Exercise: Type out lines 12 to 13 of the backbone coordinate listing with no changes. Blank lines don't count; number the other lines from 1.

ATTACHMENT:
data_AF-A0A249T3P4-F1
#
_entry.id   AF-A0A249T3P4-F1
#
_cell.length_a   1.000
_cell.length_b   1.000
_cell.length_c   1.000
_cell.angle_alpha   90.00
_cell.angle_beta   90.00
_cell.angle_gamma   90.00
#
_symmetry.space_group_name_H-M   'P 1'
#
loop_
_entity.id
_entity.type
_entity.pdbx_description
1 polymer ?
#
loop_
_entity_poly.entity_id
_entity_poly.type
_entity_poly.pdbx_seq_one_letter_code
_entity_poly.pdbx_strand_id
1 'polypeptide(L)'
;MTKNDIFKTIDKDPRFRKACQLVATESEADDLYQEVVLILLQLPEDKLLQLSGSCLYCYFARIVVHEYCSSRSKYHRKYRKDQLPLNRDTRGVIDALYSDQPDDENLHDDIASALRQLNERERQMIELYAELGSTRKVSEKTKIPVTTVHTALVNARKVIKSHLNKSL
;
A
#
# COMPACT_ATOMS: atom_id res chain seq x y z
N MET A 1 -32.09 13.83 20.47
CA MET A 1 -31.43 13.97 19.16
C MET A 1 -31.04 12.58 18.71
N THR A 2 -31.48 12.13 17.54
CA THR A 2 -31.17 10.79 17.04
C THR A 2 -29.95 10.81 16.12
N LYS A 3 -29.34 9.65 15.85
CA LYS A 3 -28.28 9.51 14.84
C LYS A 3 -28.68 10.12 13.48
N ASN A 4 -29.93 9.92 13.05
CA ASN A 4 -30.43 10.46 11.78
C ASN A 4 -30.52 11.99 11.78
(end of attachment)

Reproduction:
_symmetry.space_group_name_H-M   'P 1'
#